They will even use flares, which is a bummer if we are in front of them. Of course, we will get to know their behaviour sooner or later. Unfortunately, there are a few unrealistic bugs from the old games: when using our silenced pistol, and we shootout a lamp, or an enemy, then they will always see us and shoot at us with 100% accuracy even in pitch dark. This is not just annoying but ruins the realism. Sometimes, however, they can do real things: if they feel they are in a pinch, then they’ll turn over furniture, and barricade themselves.


Visual orgy

We wrote a lot about Chaos Theory’s graphics, so we’ll just summarize in short: everything became true what Ubisoft promised. The developers at ID and Valve should commit hara-kiri the way Ubisoft rendered the water for Chaos Theory! Not just simple pools of water, but waterfalls in certain Japanese levels, or in a garden where the water drips from above.

Plus we did not even mention how great the cathedral glass looks: when I saw this I almost fell off the chair. Of course, Fisher and the other NPCs have been reworked and are now more detailed. It is great seeing Fisher grab a terrorist from behind, and puts the knife to his neck to threaten a terrorist. The terrorist looks frightened, and not just a blank face, and Fisher also looks threatening in these situations.


When Fisher is choking someone, the struggle is shown both on him and on the terrorist. Besides the graphical orgasm, I must mention how great the sound effects are in Chaos Theory. Every location has its distinct sound, noise, and music, plus we get to listen to the enemy soldiers chat. A bonus is that you can listen to these conversations in their native language, which is great, but if someone does not like to read subtitles should stay with the English language.

All of the sounds and noises are realistic both from machines, humans, and animals. Amon Tobin also delivered a fantastic soundtrack, and fits the atmosphere of the game, but also changes based on the events within the levels.


Friends, Party, Splinter Cell

Last year’s Pandora Tomorrow was a smash hit with the multiplayer community, as it was unthinkable to have a multiplayer mode in a stealth game. We needed something big this year also so that they would be able to go above the bar set by themselves. Of course, a better, and more complex multiplayer is provided, plus a game mode that has never been used in this genre (or in any other game). The Co-Op mode that is not just a rehash of the single player game mode with two people, but instead has four unique levels with their story.

Two nameless Third Echelon agents, try to stop a terrorist boss making a profit on the black market. The events take place parallel to the main game’s storyline: While Sam is trying to unravel the threads of the Chaos Theory, the two agents have to stop the terrorist boss. Before the Co-Op missions, we will have to fight through a tutorial mission, in which we will have to learn one new button to use, and a few new moves tied to this button. So when we see a place where two people are needed we just press the co-op button and done.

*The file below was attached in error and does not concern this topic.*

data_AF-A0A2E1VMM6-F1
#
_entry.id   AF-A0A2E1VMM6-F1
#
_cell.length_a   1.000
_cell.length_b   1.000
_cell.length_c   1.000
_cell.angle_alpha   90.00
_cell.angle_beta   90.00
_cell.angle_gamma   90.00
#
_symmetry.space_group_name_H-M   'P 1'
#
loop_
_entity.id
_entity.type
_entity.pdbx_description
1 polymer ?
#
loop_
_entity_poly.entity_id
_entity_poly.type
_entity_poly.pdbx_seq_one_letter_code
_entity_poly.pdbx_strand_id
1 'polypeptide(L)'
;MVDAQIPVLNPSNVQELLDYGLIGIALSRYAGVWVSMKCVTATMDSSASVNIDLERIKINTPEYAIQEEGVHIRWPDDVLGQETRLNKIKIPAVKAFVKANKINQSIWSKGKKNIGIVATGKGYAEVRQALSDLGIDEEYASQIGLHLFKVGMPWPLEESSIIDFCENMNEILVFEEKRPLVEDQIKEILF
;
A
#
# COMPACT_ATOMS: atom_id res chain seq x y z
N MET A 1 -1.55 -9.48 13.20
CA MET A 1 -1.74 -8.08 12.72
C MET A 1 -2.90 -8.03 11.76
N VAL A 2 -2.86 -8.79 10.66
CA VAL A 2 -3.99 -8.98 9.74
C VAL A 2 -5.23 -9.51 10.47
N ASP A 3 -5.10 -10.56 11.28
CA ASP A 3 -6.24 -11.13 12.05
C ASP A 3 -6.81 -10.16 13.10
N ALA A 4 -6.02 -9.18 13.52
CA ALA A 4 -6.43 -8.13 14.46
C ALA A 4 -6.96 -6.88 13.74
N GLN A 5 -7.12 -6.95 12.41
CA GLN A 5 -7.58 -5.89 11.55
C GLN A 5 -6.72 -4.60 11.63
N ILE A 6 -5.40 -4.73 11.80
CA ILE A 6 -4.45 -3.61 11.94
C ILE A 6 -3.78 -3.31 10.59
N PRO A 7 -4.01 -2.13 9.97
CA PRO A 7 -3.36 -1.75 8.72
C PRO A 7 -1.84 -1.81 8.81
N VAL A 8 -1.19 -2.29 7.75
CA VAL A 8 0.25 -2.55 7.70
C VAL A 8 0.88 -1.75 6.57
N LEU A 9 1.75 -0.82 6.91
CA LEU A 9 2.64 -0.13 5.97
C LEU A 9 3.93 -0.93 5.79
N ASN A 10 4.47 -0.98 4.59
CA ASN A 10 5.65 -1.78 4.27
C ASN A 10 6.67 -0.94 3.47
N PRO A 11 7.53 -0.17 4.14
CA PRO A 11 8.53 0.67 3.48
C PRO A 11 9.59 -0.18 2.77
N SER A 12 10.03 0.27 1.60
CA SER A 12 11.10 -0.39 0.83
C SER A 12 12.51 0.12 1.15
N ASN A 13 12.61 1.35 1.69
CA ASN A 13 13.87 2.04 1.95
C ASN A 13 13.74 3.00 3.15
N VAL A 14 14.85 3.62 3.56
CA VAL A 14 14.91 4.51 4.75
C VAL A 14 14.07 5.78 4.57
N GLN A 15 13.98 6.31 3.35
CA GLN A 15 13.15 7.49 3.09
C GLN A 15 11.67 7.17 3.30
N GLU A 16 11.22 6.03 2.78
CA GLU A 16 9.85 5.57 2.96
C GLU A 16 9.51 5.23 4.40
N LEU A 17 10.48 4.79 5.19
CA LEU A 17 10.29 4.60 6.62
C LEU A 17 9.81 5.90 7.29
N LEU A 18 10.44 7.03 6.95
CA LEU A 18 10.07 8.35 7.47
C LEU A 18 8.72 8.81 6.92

Circus acrobats

In this game, we have the same move sets that we mentioned in the previous games, but some people can see thanks to the Co-op feature and the new moves, the entire game as a circus acrobat play. The best part about the Co-op feature is that the level design is top-notch.

In some situations, we can only move forward if our partner disables the camera with his pistol while the other player continues onward once the camera is down. While the Co-Op feature is great, four levels are not too much – let us hope we get more in the forms of DLC. The multiplayer has been refined even more, and a lot of weapons and levels will await those who will go and fight as mercs vs. spies.


The gameplay for Chaos Theory is simply brilliant, the graphics are top-notch, and the two new multiplayer modes are really fun to play. The only issues I have is that the story starts out really slowly, and the CNN cut scenes are a drag to sit through. Some of the location choices feel generic, and maybe a few other countries would have been a better choice. Still, these are just nitpicking and do not take away from the quality of Mr Fisher’s latest adventures.



+ Great new features
+ Combat knife
+ Sensational graphics


– Story is boring in the first Half of the game
– Some of the levels are not too good.
– Singleplayer is short

Publisher: Ubisoft

Developer: Ubisoft

Genres: stealth-action

Publication: Márc. 31. 2005

Splinter Cell: Chaos Theory

Gameplay - 9.4
Graphics (2005) - 9.6
Story - 7.2
Music/audio - 10
Ambiance - 9.2



The gameplay for Chaos Theory is simply brilliant, the graphics are top-notch, and the two new multiplayer modes are really fun to play. The only issues I have is that the story starts out really slowly, and the CNN cutscenes are a drag to sit through. Some of the location choices feel generic, and maybe a few other countries would have been a better choice. Still these are just nitpicks and do not take away from the quality of Mr Fisher’s latest adventures.

User Rating: 4.2 ( 1 votes)

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BadSector is a seasoned journalist for more than twenty years. He communicates in English, Hungarian and French. He worked for several gaming magazines - including the Hungarian GameStar, where he worked 8 years as editor. (For our office address, email and phone number check out our impressum)